High-profile civil rights attorney David Schoen, who before Jeffrey Epstein’s death was in discussions to join his legal team, will be one of the two top members of former President Donald Trump’s legal team for his impeachment trial, which is set to start in earnest in the Senate next week.
Schoen’s inclusion on Trump’s team was announced on Sunday along with former Montgomery County, Pa., District Attorney Bruce Castor. The move followed the departure of Trump’s previous legal team for the impeachment trial, which was assembled by South Carolina GOP attorney Butch Bowers.
A source told Fox News that Bowers and his team quit working for Trump after the president asked them to make a case repeating the former president’s false claims of widespread election fraud.
“It is an honor to represent the 45th President, Donald J. Trump, and the United States Constitution,” Schoen said in a statement released by Trump’s post-presidential office Sunday.
The statement said Schoen had already been consulting with Trump on his impeachment trial and both he and Castor agreed that the effort to convict Trump in the impeachment trial is unconstitutional now that he’s left office.
Last week, 45 Republican senators voted that the Senate did not have the authority to hold a trial for a former president. But 50 Democrats and five Republicans voted that it can — allowing the trial to move forward and virtually assuring that senators will eventually be forced to vote on whether or not to convict Trump. It’s highly unlikely that any court would step in to tell the Senate how to run its internal affairs.
Schoen also has other ties to Trump through his past representation of Trump associate Roger Stone. Stone was sentenced to 40 months in prison for witness tampering and other charges in early 2020, a sentence Trump later commuted. Then, later last year, Trump pardoned Stone.
Schoen previously made headlines after meeting with Epstein days before the convicted sex offender died on Aug. 10. Schoen previously told Fox News he does not believe Epstein’s death was a suicide and confirmed to Fox News over the weekend that he still holds that opinion.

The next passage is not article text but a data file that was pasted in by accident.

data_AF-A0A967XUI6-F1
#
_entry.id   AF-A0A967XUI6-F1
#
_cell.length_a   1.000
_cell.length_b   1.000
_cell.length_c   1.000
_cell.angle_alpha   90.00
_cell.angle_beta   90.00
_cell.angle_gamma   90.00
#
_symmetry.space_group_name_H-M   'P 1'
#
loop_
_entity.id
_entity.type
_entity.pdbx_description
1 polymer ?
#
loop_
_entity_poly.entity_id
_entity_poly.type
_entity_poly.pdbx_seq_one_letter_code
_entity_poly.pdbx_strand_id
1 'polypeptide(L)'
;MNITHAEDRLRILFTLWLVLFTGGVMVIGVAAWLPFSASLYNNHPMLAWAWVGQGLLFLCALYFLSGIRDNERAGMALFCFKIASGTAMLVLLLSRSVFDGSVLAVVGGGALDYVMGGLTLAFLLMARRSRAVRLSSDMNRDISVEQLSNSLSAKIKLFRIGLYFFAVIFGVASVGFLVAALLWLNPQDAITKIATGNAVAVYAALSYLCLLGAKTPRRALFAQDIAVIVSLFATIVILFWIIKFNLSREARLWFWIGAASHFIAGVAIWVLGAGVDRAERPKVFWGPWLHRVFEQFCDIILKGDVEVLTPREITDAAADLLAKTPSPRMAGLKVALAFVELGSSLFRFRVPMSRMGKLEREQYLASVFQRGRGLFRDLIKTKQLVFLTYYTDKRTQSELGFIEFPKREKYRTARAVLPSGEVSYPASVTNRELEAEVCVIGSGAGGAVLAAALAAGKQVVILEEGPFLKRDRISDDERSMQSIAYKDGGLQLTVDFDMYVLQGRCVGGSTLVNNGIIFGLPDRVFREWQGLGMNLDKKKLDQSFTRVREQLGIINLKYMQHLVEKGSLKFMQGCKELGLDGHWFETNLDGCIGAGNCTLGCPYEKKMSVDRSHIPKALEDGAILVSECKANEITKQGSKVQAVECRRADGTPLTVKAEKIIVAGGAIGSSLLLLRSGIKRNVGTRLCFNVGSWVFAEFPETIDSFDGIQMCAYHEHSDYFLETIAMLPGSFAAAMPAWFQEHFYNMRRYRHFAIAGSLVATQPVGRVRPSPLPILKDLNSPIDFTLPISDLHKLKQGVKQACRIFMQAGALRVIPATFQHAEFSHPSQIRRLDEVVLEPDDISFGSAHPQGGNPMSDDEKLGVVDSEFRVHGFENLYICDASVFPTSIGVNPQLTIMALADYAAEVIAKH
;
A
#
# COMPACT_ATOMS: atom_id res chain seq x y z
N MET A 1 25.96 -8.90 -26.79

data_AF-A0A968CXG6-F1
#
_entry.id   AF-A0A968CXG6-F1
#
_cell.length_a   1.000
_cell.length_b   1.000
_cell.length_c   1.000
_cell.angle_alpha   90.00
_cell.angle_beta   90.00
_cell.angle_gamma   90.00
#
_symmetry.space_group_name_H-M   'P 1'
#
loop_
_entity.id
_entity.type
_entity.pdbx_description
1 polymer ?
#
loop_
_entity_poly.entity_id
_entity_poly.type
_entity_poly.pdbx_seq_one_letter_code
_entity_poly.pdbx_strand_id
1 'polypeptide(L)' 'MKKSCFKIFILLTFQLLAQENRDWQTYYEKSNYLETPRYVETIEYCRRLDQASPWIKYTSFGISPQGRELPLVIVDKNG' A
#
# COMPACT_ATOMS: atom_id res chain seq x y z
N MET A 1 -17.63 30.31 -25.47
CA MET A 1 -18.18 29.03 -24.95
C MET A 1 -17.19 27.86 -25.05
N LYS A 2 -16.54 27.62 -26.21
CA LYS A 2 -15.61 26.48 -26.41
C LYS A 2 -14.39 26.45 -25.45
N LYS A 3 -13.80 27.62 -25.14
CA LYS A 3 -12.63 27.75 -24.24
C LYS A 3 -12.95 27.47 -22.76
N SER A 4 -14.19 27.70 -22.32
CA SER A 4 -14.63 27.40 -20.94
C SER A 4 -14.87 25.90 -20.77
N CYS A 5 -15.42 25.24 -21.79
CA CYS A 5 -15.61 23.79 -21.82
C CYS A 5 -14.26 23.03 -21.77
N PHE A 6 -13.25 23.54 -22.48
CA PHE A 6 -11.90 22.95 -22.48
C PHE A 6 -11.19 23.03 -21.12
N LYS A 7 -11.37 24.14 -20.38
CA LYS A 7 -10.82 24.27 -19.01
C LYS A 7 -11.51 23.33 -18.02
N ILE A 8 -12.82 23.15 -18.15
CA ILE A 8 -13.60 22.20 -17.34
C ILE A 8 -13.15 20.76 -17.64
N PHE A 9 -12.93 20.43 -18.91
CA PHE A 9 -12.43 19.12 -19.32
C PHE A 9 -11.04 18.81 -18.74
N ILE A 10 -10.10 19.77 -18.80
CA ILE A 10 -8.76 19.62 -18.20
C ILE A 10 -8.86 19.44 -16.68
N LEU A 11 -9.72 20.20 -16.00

“I saw him a few days earlier,” said Schoen on Fox Nation’s “Deep Dive” last year. “The reason I say I don’t believe it was suicide is for my interaction with him that day. The purpose of asking me to come there that day and over the past previous couple of weeks was to ask me to take over his defense.”
“We came to an agreement during the course of that discussion… He was upbeat and excited about going forward,” Schoen continued. “The following day, I got a phone call from one of his lawyers saying he just met with him after I met with him. How excited he is about going forward with this. If I could get in that night and start giving orders to the team, it would be a great help.”
Schoen, according to the Trump team statement, is also the chairman of the American Bar Association’s (ABA) Criminal Justice Subcommittee, which falls under its broader Civil Rights Litigation Committee.
Schoen was in 1995 honored for his pro bono work by the ABA. It said he was “Recognized for his enormous contribution to bringing about change in schools, prisons, jails, foster care, police departments, and election ballot access in the South.”
In 2015, Schoen was honored by his alma mater, Boston College Law School, with the Honorable David S. Nelson Public Interest Law Award.
Schoen is a solo law practitioner who is based in Montgomery, Ala.
Fox News’ Jacqui Heinrich, Matt London and Kathleen Reuschle contributed to this report.